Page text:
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Australia’s leader goes to indie rock gig, chugs a beer, gets cheers

Australian Prime Minister Anthony Albanese at the Garma Festival on July 29 in Arnhem Land, Northern Territory. (Aaron Bunch/EPA-EFE/Shutterstock)
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MELBOURNE, Australia — Sitting in the crowd, the guy in a dark shirt chugged a beer as he watched an alternative-rock band perform in his hometown.

But this wasn’t any ordinary concertgoer — it was Australia’s prime minister, Anthony Albanese.

Albo, as he is known here, was spotted in the seated section of Sydney’s Enmore Theater, a venue in his electorate where the band Gang of Youths performed on Monday night. He was with his partner, Jodie Haydon, and Australia’s employment and workplace relations minister, Tony Burke.

And he got a welcome more befitting of a rock star than a politician.

Albanese briefly stole the show as he downed his beer to raucous applause and pointed at the empty cup for his audience. Subsequent Twitter commentary also approvingly noted his Joy Division T-shirt, after a video of his appearance was shared widely.

Australia’s prime minister is something of a cult figure in his area of Sydney’s inner west, a historically working-class region that has steadily gentrified. A local brewery even named a beer in his honor.

Who is Anthony Albanese, the new Australian prime minister?

His gig attendance on Monday was in keeping with his music-loving public image. When he was an opposition lawmaker, “DJ Albo” appeared behind the decks at charity events and on breakfast television. And when Albanese hosted New Zealand Prime Minister Jacinda Ardern in Sydney recently, the pair exchanged a haul of vinyl records.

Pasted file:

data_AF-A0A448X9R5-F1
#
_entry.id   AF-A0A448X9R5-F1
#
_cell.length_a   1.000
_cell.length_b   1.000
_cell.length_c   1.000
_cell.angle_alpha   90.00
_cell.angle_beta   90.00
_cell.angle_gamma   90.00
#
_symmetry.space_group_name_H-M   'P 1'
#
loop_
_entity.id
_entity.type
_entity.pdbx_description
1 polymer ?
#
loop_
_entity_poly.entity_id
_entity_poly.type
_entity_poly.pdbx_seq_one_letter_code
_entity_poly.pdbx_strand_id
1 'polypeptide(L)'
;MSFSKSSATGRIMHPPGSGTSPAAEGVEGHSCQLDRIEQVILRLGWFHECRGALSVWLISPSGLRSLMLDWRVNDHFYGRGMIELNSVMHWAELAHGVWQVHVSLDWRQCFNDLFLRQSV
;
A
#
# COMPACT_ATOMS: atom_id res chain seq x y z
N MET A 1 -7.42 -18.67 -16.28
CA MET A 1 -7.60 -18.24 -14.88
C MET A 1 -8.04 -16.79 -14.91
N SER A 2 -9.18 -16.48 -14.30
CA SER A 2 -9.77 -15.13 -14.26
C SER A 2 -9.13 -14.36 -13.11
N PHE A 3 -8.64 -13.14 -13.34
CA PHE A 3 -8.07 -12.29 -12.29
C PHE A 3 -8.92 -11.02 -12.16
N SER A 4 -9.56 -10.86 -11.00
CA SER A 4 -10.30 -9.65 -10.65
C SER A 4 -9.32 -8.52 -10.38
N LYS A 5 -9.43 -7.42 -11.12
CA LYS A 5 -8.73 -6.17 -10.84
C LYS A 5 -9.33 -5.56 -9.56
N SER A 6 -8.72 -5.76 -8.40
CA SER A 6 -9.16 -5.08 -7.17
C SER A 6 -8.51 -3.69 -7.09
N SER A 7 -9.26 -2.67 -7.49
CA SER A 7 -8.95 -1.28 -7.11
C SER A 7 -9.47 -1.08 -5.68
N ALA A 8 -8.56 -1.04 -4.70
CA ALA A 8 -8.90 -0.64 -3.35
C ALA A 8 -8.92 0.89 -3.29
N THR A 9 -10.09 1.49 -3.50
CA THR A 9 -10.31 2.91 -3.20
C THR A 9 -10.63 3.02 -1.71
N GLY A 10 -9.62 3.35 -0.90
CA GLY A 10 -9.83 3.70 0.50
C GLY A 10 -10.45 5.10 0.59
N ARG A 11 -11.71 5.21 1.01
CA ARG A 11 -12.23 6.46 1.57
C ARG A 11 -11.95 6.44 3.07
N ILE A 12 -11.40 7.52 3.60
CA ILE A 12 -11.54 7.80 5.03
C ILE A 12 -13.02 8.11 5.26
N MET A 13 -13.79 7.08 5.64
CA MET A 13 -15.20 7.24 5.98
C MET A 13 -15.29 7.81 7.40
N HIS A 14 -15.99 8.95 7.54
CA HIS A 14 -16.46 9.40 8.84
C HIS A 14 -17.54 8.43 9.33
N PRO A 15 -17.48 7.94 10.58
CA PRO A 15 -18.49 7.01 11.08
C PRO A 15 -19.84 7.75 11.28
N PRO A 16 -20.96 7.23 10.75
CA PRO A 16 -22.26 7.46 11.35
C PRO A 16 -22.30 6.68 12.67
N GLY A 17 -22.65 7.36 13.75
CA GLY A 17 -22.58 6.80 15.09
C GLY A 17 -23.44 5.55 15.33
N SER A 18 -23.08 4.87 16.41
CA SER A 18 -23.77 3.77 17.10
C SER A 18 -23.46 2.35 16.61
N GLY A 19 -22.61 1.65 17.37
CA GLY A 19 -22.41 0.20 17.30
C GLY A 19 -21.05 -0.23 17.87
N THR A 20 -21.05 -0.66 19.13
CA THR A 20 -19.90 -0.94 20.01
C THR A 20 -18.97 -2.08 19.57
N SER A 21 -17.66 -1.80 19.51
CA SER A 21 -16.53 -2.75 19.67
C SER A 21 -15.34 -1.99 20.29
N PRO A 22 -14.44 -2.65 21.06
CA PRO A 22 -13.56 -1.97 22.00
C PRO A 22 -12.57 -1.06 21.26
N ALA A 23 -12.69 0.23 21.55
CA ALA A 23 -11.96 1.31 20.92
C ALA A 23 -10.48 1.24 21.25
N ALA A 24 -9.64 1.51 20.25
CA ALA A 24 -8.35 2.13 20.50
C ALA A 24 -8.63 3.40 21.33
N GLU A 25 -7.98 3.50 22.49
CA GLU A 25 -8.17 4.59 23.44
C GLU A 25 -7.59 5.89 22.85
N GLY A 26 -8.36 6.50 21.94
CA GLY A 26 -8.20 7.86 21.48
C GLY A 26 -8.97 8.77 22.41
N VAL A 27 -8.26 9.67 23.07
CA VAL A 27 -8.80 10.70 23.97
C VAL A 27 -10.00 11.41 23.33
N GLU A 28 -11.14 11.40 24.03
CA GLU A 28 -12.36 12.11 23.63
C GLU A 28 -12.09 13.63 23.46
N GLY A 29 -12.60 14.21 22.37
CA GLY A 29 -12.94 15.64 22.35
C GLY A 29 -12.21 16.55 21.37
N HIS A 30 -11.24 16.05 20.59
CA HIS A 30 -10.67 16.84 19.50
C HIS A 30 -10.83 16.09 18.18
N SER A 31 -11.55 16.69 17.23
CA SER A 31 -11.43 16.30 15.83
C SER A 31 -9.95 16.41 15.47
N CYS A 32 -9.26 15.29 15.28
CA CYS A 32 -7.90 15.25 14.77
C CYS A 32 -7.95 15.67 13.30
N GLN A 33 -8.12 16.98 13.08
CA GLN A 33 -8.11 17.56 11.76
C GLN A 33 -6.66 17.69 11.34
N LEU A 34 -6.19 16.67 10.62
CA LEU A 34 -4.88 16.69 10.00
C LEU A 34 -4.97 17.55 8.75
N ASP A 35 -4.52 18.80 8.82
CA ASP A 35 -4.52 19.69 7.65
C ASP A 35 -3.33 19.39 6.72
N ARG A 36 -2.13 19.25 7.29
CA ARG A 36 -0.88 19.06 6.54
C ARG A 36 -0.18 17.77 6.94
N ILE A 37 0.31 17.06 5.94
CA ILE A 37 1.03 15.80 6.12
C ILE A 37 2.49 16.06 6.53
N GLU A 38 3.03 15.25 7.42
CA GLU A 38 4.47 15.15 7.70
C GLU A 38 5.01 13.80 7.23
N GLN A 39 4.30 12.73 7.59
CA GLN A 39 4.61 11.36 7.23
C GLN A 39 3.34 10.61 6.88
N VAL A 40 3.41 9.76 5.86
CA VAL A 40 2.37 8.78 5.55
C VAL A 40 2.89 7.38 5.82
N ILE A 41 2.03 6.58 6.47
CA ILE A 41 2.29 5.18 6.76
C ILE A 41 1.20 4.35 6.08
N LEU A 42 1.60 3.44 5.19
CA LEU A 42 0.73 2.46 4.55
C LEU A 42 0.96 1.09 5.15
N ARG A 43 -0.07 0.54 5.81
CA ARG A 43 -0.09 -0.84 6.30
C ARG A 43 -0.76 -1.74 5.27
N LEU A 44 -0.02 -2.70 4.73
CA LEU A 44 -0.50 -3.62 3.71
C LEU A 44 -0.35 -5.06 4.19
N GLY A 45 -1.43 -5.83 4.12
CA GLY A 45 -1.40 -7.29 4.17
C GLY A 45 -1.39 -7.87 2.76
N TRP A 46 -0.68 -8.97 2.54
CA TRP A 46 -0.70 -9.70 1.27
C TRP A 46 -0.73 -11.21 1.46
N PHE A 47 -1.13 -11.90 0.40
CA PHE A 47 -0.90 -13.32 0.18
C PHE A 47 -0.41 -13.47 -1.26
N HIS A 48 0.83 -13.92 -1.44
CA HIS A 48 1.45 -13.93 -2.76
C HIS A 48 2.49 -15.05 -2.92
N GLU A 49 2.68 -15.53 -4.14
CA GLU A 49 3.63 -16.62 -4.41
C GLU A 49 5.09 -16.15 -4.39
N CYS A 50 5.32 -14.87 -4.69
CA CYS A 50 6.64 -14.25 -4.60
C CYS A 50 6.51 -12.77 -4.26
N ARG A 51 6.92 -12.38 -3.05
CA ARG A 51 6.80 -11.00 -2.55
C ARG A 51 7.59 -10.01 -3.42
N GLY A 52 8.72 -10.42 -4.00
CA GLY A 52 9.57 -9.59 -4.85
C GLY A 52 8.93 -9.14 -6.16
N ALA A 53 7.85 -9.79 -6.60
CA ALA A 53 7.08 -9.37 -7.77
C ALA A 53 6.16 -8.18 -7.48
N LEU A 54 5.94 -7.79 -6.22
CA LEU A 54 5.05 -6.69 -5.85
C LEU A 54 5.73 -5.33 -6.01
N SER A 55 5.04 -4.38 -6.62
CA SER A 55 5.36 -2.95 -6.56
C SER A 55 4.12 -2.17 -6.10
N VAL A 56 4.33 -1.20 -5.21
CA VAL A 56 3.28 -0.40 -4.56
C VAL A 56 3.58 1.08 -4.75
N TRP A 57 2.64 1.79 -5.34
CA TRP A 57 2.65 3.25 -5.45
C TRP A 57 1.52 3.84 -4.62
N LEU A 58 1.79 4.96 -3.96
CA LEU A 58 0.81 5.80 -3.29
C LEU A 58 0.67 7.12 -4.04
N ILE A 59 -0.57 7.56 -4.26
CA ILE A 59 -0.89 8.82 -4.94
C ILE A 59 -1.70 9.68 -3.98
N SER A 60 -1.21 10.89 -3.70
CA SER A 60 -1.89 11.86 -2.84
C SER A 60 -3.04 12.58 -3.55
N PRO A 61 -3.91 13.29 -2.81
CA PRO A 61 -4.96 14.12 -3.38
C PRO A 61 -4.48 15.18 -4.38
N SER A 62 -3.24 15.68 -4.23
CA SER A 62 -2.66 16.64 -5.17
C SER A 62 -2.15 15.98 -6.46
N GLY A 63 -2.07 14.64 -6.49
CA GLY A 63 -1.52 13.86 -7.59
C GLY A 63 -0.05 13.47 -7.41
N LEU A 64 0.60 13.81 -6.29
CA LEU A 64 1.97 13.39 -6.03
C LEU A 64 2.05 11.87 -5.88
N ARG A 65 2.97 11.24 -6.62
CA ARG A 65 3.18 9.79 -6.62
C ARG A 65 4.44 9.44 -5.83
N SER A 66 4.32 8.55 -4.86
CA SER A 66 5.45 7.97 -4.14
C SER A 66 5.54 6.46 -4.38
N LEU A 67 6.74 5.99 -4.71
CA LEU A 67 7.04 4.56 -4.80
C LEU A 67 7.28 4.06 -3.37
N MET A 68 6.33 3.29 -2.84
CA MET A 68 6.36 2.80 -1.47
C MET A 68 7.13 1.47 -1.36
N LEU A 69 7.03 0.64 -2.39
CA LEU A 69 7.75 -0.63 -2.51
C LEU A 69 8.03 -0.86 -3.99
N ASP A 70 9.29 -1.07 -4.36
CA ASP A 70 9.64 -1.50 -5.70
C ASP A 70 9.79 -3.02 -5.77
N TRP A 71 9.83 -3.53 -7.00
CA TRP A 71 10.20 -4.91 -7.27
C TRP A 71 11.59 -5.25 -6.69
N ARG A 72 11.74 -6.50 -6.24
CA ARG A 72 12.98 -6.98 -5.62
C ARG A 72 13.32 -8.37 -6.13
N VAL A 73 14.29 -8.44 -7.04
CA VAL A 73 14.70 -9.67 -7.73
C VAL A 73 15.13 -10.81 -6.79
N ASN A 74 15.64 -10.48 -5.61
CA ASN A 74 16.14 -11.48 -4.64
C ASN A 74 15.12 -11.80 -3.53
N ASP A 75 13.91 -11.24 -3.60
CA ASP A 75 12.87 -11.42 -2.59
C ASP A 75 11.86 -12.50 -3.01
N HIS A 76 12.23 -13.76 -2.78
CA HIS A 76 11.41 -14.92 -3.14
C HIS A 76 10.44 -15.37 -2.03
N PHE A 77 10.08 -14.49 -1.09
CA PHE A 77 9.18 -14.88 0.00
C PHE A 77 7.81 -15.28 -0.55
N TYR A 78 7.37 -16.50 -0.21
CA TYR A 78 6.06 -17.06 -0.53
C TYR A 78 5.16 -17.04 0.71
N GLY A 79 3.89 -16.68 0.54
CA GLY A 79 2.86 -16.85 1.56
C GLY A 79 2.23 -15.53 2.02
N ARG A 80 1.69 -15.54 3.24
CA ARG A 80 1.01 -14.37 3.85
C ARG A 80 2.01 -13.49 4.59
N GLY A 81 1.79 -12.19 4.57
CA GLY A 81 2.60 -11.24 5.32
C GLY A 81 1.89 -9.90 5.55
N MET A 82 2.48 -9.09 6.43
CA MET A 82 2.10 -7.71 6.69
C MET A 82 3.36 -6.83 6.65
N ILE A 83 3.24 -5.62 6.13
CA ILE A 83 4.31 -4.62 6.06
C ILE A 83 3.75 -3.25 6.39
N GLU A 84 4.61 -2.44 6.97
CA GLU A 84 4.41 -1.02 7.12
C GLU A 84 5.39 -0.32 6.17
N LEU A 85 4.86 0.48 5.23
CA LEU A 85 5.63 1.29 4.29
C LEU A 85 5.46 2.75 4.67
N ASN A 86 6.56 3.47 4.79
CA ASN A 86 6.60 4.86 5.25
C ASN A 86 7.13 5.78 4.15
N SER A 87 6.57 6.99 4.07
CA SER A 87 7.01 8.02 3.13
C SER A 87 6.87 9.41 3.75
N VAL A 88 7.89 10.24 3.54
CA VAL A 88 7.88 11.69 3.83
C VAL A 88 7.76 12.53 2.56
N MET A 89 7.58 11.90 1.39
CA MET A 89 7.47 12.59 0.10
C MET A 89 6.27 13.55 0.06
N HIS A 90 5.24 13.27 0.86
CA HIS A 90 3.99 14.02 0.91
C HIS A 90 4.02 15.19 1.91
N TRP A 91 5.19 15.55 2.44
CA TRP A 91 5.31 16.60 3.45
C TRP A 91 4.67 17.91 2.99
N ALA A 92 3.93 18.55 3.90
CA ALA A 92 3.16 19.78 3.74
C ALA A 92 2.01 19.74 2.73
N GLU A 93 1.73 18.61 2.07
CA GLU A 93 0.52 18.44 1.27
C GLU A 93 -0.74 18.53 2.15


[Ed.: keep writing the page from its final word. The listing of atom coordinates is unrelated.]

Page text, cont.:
Albanese has even said he would DJ for Fatman Scoop “if I can” at the American artist’s November performance in Brisbane. The rapper made a surprise appearance on Australian radio on Thursday and ambushed the prime minister with the unusual request.

Yet Albanese’s public carousing this week was met with a markedly different response compared with that of Finnish leader Sanna Marin recently. A leaked video that showed Marin dancing with friends sparked debate in Finland and internationally about the appropriateness of a national leader partying.

Marin, a 36-year-old woman, faced blowback that did not appear to materialize with Albanese, a 59-year-old man. Marin took a drug test and released the negative result, and she defended her right to have fun with her friends. “I hope that in the year 2022, it’s accepted that even decision-makers dance, sing and go to parties,” she said on Friday.

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But in Australia, the country that brought the world the “shoey” — drinking alcohol out of someone’s used, sweaty footwear — Albanese’s mere glass of beer was perhaps seen as mild fare.

It is not known whether his drinking pace rivaled that of one of his political forebears, former Australian prime minister Bob Hawke, who was recognized with a Guinness World Record for drinking a yard glass of ale in 11 seconds while studying at the University of Oxford in 1954. Hawke, who died in 2019, was once captured on video downing beer at a cricket game at a hair-raising — but crowd-pleasing — rate of knots.

Albanese became prime minister in May after his center-left Labor Party won elections after nine years of conservative rule. He has since focused on pushing for steeper carbon emissions cuts, tackling inflation and smoothing over Australia’s frosty relations with China.

Polls published this week show Albanese enjoying overwhelming popularity three months after the election, leading his conservative rival Peter Dutton 55 percent to 17 percent as preferred prime minister.